This medical video focuses on the new technology bringing hope to people who suffer from stomach cancer.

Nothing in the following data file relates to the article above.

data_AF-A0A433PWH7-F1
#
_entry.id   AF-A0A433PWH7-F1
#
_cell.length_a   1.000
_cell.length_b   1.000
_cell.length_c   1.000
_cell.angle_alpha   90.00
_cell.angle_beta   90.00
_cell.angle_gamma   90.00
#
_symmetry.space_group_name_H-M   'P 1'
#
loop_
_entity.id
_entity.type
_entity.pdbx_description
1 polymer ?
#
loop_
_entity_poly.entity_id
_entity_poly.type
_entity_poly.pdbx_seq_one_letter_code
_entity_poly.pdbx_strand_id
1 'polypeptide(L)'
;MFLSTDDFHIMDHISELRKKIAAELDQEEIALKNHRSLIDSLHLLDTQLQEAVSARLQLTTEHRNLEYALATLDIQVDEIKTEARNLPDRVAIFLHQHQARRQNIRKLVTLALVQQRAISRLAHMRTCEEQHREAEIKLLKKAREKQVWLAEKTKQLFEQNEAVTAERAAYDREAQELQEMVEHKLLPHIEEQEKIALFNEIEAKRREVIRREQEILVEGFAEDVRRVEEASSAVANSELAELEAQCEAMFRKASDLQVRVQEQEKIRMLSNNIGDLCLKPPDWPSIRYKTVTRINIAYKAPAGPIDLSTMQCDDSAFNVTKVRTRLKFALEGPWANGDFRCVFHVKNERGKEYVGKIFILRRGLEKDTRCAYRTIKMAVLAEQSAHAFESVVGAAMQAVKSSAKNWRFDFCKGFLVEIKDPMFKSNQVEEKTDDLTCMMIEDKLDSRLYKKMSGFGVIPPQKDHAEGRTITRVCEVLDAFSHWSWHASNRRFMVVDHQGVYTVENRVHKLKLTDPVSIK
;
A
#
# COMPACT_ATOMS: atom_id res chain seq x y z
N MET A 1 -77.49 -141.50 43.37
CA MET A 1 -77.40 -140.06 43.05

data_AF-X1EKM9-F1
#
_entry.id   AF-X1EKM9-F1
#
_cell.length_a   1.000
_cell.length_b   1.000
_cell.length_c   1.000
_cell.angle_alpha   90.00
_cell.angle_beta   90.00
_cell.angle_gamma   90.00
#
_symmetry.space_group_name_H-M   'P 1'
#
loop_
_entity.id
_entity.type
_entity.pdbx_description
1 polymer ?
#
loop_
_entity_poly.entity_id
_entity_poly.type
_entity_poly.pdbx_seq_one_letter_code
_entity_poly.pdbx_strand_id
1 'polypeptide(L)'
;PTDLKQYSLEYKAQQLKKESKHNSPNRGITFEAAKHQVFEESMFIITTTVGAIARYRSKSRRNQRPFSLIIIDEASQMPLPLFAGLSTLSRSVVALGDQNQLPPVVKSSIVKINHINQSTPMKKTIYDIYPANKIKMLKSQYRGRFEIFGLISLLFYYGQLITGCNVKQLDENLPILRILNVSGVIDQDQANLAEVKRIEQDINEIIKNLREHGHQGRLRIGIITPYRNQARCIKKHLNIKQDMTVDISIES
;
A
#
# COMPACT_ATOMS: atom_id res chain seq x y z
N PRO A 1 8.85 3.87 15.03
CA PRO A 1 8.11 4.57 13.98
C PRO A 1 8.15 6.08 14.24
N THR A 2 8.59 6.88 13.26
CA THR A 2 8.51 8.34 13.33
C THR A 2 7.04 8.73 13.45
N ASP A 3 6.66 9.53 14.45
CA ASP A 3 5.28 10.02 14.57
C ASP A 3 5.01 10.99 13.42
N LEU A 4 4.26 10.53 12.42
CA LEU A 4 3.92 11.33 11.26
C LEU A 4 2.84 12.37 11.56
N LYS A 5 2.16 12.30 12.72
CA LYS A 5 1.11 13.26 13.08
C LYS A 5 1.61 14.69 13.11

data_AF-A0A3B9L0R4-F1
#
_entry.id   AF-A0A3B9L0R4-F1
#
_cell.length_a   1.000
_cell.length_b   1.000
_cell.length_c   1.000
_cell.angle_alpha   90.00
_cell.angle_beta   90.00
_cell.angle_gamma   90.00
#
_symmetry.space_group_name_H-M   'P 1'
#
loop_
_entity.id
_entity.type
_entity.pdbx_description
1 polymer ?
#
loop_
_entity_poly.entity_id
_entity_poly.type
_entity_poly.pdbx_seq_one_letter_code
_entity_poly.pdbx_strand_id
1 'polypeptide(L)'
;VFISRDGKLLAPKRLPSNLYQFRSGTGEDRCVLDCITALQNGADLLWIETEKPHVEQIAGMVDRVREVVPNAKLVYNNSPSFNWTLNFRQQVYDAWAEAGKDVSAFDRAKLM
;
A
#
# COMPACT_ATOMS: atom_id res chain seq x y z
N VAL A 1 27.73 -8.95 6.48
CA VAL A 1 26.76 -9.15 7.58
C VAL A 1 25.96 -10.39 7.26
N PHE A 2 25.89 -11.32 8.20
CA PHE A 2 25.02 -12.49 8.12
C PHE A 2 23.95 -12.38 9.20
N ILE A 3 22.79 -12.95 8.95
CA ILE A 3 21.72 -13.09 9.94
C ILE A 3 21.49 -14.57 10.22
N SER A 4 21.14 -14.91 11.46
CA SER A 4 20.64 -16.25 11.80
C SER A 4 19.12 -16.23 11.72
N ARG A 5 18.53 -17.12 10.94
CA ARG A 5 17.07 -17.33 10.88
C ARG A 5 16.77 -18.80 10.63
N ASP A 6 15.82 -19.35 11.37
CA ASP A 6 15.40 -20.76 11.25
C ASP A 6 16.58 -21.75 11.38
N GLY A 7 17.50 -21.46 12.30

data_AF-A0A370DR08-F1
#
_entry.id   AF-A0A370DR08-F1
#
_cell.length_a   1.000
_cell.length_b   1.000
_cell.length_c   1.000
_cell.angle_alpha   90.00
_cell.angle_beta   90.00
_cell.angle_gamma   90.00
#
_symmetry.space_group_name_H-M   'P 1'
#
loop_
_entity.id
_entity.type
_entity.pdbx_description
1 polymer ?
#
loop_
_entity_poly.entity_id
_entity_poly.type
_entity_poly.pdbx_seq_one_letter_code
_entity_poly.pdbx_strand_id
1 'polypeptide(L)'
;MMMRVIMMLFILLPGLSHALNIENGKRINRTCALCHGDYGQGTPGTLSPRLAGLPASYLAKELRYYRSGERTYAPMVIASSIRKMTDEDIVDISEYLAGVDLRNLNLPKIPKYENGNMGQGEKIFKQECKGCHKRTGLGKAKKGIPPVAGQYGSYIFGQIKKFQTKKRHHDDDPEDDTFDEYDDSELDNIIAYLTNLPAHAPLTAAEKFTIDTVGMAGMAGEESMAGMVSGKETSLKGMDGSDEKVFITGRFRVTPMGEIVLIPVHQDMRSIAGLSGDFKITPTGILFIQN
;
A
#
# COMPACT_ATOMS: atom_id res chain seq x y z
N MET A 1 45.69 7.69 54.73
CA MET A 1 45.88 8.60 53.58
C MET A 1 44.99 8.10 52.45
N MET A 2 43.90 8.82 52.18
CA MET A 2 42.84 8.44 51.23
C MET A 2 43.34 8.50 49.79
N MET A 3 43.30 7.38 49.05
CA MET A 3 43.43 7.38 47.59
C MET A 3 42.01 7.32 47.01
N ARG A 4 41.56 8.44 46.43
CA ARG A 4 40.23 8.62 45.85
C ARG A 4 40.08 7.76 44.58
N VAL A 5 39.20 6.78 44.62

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Jennifer Matthews: The game of life took a devastating turn for Rudolph Russo when he was diagnosed with a digestive tract cancer known as GIST. Rudolph Russo: There are mornings when I say damn it that's the end of this, then I'll wake up and get back doing what I am supposed to be doing. Jennifer Matthews: For a few years, the drug Gleevec kept Rudolph's cancer in check. But like many patients, he became resistant. Dr. George Demetri: It was therefore really more painful when the resistance came on because people had literally come back from the brink of death and then to have the resistance build up and have the tumor start to come back was particularly painful. Jennifer Matthews: Now, Rudolph takes the drug Sutent as part of a clinical trial. Unlike Gleevec, Sutent shuts down the growth of blood vessels that feed the cancer. Here's a tumor before treatment with Sutent, and after. Dr. George Demetri: The new drug is able to shut down not just one signal in the cells but multiple signals. Jennifer Matthews: In Doctor Demetri's study, patients who took the new drug lived almost twice as long as those who didn't. Rudolph says it has given him precious time with his grandkids. Rudolph Russo: This is a drug that is keeping me alive. If I did not do anything, I would be dead. I hope to see him get married have some children, so I can bounce them on my knee. I think a lot of him. Jennifer Matthews: Rudolph says he's a fighter and Sutent has given him another chance to prove it. This is Jennifer Matthews reporting.